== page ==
The US crude inventories are up for the straight seventh week, showing that the struggle of the markets is still on to ease the oversupply pressure, although the producers are doing their bit of reining in the production. The EIA (Energy Information Administration) said that the stocks of US crude rose by 564,000 barrels in the week till 17th February. Though there was an increase in the stocks, it was below the analysts’ expectations of 3.5 million barrels.
The OPEC (Organization of the Petroleum Exporting Countries) and some other producers have decided to cut output to tame the decreasing prices of crude. They had reached a production-reduction deal last year through a joint compliance. This led to a figure of 88% in January as stated by OPEC sources through a technical committee meeting.
All producers had to meet the personal targets, but UAE and Iraq have been laggards so far. They have now pledged to meet their targets in the coming months.
As the United States is not a party to this deal, there is a continuous rise in the US inventories. On Monday, in the early session, the oil prices edged higher a bit as excess global supply starting easing out, but because of the US, the gains were limited. The analysts feel that the US output will, in fact, increase if the oil prices remain strong.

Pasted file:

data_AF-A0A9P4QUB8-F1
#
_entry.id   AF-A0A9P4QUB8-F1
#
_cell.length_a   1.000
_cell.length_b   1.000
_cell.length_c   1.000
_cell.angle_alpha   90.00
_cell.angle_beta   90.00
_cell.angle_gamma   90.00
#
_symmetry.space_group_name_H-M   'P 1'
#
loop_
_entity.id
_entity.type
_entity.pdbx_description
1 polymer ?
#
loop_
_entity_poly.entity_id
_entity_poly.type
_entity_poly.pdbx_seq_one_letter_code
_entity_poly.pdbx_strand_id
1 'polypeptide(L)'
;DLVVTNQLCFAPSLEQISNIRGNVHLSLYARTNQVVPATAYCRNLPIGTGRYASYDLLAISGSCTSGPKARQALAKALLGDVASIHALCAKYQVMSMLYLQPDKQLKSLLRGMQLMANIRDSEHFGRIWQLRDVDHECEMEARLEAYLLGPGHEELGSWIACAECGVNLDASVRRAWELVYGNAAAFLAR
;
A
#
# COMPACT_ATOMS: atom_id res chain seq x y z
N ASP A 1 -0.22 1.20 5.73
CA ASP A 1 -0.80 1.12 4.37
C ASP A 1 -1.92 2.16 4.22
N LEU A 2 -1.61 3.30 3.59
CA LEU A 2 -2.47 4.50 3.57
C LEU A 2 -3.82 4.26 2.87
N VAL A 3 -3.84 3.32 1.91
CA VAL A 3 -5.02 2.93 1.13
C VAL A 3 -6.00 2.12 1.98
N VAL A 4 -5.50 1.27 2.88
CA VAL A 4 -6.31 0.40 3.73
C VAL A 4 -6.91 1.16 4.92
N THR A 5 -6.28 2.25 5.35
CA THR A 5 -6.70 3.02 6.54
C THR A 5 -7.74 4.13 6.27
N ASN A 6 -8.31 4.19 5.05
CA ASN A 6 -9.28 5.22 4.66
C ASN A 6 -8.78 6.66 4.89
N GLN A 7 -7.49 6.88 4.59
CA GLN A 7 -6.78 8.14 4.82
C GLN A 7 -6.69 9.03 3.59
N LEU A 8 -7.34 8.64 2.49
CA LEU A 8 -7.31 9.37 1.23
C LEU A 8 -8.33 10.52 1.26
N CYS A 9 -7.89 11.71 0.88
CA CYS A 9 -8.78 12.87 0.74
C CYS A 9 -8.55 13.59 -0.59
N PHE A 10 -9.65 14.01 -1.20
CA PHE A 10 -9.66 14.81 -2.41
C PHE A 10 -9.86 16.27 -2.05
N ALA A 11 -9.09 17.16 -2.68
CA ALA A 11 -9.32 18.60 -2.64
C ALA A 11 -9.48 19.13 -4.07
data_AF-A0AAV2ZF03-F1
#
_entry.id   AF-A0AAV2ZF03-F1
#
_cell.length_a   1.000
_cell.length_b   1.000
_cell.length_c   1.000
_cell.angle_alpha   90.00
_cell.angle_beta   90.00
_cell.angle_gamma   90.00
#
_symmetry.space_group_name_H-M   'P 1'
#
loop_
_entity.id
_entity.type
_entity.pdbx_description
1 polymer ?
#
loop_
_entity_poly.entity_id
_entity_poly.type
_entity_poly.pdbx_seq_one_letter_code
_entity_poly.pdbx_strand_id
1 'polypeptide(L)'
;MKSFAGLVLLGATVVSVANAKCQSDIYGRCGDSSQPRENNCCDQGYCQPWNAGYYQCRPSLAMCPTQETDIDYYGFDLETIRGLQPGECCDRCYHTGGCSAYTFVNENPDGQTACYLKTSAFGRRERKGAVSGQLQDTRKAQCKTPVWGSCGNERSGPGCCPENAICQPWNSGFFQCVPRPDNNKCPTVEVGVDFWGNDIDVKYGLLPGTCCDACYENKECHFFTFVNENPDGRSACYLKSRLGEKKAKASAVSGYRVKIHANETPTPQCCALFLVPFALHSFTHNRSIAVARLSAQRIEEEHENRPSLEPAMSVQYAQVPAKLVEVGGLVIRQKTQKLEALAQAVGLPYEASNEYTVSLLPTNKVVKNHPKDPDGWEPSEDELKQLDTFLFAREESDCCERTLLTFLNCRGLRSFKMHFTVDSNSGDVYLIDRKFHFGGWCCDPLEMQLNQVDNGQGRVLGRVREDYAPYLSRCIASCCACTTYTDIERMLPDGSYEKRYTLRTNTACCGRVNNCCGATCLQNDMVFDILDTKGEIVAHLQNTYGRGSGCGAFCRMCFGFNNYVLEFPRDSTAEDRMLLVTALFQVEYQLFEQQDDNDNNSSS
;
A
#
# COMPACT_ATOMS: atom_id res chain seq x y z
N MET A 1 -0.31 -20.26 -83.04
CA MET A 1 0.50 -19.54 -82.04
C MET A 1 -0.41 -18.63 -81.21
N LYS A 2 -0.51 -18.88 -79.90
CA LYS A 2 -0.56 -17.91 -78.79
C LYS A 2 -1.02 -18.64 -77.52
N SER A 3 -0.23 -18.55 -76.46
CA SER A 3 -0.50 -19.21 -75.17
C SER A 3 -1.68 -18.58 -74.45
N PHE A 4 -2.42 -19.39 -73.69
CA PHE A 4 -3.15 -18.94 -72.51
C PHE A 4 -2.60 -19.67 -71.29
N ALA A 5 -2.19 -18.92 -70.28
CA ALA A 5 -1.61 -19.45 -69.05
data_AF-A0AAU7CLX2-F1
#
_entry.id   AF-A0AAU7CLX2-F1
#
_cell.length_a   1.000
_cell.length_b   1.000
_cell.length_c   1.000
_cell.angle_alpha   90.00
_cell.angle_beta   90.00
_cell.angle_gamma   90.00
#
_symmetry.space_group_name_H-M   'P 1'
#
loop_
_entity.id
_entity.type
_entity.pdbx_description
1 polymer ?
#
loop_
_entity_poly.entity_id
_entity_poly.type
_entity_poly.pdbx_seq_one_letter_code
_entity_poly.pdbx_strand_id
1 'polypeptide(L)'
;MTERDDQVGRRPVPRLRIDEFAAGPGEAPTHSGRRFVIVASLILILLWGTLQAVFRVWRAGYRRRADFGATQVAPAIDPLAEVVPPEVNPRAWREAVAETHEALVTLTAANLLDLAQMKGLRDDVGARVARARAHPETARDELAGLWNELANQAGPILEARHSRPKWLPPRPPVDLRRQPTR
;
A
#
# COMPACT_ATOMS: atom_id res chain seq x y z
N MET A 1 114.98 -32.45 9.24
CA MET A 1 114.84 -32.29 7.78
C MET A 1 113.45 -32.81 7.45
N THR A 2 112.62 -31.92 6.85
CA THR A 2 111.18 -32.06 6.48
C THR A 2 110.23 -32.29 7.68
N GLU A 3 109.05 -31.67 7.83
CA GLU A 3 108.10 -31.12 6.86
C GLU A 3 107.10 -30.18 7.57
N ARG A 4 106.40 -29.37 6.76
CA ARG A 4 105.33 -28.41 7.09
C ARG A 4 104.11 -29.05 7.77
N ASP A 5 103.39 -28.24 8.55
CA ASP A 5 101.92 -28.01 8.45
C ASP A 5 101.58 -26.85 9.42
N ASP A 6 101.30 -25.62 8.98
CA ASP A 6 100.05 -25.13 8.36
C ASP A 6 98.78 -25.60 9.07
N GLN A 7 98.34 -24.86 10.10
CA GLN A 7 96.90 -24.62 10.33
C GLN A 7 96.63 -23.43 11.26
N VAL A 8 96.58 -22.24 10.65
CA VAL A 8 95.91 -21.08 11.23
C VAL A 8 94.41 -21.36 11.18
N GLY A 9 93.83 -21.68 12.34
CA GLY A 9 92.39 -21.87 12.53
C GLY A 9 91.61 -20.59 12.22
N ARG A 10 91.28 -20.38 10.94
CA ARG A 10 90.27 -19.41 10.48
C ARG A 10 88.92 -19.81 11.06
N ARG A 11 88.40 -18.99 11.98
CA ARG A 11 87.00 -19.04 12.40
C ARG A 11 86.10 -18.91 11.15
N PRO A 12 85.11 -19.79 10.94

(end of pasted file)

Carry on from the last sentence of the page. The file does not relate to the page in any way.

Brent crude oil LCOc1 was up by 0.2 percent to touch $56.09 a barrel; the U.S. West Texas Intermediate CLc1, on the other hand, could add only 0.1 percent to touch $54.04 a barrel.
Though the oil inventories are on a rise, ANZ said – “EIA data showed that though stocks rose 564,000 barrels to 518.7 million last week, it was the lowest increase over the past couple of months. If this trend of lower imports and smaller gains in inventories persists over the coming weeks, it would suggest that the OPEC-led production cuts are starting to have an impact.”
The market feels that the current prices at which the oil is trading are not sustainable for either the OPEC or the industry. This simply means that more efforts have to be made in curtailing the production so that the supply falls leading to the rise in demand and hence the price.
Most of the market participants feel that while OPEC is doing its bit, it’s the comeback of shale in the US that is playing the spoilsport.